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Friday, second week of Lent

February 25, 2005

Blessed Friday!

Readings: 
Genesis 37:3-4, 12-13, 17-28 (Joseph’s jealous brothers wanted to kill him,
but sold him into slavery instead)
Psalm 105:16-21 “Remember the marvels the Lord has done”
+Matthew 21:33-46 (the murderous tenants of the vineyard will be ousted)

Today we read two stories of the persecution of the righteous, two foreshadowings of Jesus’ death.  Joseph’s half-brothers, jealous of Daddy’s favoritism, irritated by Joseph’s bringing bad reports about them, and further irritated by his dreams of superiority, plotted to kill him.  At the last moment a caravan of traders came along & they decided to sell him into slavery instead & just pretend he was dead.  Joseph is a type (foreshadowing) of Jesus, dying to the life he knew in order to save his people from disaster (in Joseph’s case, from a famine).  Our Psalm brings out Joseph’s role in saving his family from starvation.

In Jesus’ parable, the tenants of the vineyard refused to pay their rent, abusing the servants who were sent to collect it & finally killing the master’s son, thinking they’d become the heirs.  The master’s son is another type of Jesus, killed by those left in charge of the house of Israel (portrayed in prophetic literature as God’s vineyard, see Isaiah 5:1-7 & Jeremiah 12:10).

In both stories, it’s much easier to identify with the victim than with the wicked.  Who wants to think themselves capable of such cruelty?  There is some justification for identifying with the victim.  Jesus said we are to be like Him, and the victim in each story is a type of Christ.  In addition, the “vineyard” has been taken away from the original tenants and given to the Church, to us (see Matthew 21:41).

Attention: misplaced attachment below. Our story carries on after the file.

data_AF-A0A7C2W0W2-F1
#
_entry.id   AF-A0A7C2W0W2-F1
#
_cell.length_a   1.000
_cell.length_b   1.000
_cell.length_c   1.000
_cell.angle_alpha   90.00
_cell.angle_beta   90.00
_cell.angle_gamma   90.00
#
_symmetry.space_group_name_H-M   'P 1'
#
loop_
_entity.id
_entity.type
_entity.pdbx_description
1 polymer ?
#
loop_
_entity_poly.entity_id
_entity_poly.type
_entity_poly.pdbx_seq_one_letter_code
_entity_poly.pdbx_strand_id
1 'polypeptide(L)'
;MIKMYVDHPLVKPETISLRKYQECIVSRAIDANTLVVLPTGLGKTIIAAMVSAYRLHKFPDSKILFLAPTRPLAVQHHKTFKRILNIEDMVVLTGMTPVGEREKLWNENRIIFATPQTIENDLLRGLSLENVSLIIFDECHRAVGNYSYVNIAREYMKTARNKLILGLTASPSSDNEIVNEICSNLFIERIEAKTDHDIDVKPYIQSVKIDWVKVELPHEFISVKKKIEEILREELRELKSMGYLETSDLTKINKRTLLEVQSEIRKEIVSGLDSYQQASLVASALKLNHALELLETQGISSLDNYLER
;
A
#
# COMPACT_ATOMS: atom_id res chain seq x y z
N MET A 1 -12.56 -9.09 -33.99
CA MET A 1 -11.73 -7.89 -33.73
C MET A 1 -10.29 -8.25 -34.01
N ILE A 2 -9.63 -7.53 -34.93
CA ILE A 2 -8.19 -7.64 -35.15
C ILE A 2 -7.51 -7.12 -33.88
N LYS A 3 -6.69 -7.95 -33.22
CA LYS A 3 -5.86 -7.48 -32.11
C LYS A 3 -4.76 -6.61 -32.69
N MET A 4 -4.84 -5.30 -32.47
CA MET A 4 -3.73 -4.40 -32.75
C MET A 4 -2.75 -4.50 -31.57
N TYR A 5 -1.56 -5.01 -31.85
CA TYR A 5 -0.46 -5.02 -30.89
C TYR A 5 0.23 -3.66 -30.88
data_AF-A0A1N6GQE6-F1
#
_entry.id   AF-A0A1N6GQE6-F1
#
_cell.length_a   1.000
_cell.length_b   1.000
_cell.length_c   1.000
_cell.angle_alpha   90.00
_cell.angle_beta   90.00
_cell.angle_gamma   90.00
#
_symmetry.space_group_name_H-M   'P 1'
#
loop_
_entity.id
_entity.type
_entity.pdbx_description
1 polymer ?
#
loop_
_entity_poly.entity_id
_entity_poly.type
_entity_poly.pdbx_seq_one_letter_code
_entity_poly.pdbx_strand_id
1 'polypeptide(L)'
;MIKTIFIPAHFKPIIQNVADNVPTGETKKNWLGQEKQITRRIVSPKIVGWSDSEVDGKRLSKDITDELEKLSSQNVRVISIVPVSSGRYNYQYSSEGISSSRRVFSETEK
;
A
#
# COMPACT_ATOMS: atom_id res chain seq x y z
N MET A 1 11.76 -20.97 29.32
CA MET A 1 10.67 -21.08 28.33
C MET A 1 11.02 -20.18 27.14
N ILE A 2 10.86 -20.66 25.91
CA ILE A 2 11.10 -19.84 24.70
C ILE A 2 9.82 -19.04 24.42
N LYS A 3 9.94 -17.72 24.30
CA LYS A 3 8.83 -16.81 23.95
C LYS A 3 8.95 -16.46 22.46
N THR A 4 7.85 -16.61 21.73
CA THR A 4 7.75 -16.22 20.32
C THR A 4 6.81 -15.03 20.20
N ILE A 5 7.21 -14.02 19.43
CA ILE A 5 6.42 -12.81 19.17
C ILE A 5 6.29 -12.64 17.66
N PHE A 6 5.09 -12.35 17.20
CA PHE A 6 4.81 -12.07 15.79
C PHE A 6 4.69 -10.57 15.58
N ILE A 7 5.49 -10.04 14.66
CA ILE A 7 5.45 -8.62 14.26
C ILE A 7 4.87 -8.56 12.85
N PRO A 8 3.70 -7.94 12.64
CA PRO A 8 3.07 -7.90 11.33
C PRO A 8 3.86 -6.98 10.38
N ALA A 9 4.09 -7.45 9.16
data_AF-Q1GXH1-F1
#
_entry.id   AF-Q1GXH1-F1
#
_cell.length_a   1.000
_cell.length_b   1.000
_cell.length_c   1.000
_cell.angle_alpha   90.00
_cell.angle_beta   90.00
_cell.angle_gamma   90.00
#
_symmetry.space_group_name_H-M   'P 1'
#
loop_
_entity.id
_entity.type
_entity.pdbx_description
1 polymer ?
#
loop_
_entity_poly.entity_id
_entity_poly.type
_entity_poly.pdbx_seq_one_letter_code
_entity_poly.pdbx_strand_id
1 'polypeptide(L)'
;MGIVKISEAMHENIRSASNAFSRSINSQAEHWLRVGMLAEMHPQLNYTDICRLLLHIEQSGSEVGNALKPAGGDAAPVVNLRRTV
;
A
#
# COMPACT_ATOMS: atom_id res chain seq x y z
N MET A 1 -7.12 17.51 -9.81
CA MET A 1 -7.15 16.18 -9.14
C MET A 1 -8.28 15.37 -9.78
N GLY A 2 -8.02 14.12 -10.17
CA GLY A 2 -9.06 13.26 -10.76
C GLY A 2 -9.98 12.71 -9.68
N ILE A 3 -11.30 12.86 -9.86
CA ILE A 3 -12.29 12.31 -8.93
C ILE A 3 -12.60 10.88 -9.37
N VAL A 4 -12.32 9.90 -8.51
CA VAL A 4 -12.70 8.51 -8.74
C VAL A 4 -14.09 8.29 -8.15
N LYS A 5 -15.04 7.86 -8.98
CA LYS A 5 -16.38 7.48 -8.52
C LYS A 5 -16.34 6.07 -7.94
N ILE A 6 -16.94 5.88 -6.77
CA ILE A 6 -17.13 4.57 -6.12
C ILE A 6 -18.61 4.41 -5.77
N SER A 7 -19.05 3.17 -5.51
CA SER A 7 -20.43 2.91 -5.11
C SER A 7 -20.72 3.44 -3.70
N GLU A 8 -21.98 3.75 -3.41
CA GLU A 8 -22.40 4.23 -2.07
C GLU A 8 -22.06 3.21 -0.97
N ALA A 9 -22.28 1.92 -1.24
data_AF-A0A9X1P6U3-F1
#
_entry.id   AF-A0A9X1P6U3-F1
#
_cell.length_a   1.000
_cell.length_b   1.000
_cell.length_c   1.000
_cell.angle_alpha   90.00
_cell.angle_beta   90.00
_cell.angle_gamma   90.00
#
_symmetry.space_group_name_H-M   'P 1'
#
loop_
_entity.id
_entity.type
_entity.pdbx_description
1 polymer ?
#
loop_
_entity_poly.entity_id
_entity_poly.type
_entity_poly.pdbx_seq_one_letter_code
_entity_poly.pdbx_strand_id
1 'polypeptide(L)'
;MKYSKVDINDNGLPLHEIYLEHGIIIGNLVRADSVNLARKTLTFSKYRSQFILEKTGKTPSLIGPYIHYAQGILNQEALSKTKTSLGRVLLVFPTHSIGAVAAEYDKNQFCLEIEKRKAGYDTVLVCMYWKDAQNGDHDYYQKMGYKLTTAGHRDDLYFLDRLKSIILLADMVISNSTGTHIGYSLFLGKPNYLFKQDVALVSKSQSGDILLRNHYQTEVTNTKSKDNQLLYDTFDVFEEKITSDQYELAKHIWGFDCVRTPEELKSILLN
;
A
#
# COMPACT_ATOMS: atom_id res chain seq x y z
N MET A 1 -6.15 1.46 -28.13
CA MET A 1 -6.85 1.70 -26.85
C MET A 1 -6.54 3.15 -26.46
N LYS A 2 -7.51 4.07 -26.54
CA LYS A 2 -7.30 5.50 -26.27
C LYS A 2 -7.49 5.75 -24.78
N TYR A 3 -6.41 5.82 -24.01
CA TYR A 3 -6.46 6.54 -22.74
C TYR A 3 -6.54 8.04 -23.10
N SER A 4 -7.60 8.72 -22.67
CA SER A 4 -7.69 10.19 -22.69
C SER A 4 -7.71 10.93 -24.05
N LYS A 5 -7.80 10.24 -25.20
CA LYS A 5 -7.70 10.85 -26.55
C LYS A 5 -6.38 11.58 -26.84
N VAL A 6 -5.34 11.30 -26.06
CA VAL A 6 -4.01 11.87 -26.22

If we stop there, however, we’ll have missed the main point of both stories, for they are a call to repentance and a promise of redemption.  Whenever we sin, we are taking on the role of Joseph’s jealous brothers, the role of the greedy tenants.  We are “crucifying again unto [ourselves] the Son of God, and making Him a mockery” (Hebrews 6:6).  Oh, we don’t really mean any harm, we just want things to go our way in this one little instance.  But one sin leads to another…and another…  We can’t see the end of it until it’s too late.

Joseph’s brothers started small.  First they just gave him the silent treatment (Genesis 37:4).  All things considered, that seems relatively harmless, and they did have a legitimate grievance.  Their father was being unfair.  Then they nourished their hatred with Joseph’s dreams (Genesis 37:11).  Only when they saw him coming toward him in the fields did they actually begin to suggest murder.  And all this led to lying to their father to cover up what they’d done (Genesis 37:31-33).  This is why Jesus was so severe in warning against cultivated anger (Matthew 5:22) and lustful looks (Matthew 5:28).  Sin starts in little ways in the secret places of our hearts.  Left unchecked it takes on a life of its own which becomes increasingly harder to control, ultimately ending in eternal death (“sin when it is full-grown brings forth death” -James 1:15).  We need to head it off at the pass, and stay far away from its haunts (also called avoiding near occasions of sin).

The amazing news is that Jesus has taken the very death-dealing sin that we have unleashed and has used it to rescue us, if only we are humble enough to reject our sins and accept his redemption.  “Where sin increased, grace abounded all the more, so that, as sin reigned in death, grace also might reign through righteousness to eternal life through Jesus Christ our Lord” (Romans 5:20-21).  We crucified Jesus through our sins, but He has used that very crucifixion to save us from our sin!  This was foreshadowed in the story of Joseph too.  His brothers sinned by selling him into slavery.  That was a bad thing.  But God used it to save them by putting Joseph in charge of storing up food in Egypt so that his family wouldn’t starve to death.  Now, lest we get confused into thinking sin is a good thing (since God can redeem it), St. Paul continues, “Are we to continue in sin that grace may abound?  By no means!  How can we who have died to sin [through Baptism into Christ’s death] still live in it?” (Romans 6:1-2).  Sin is still deadly.  Only those who have turned away from it (i.e. repented), who have turned whole-heartedly to God, will benefit from His work of redemption.

One implication of all this is that the devil just can’t win in our lives without our permission.  When the devil does his worst, God transforms it into His best and offers it to us.  It’s up to us to chose which we will accept.

May God give us the grace to face squarely the sources of death in our lives and to take them to Him for a trade-in on eternal life.

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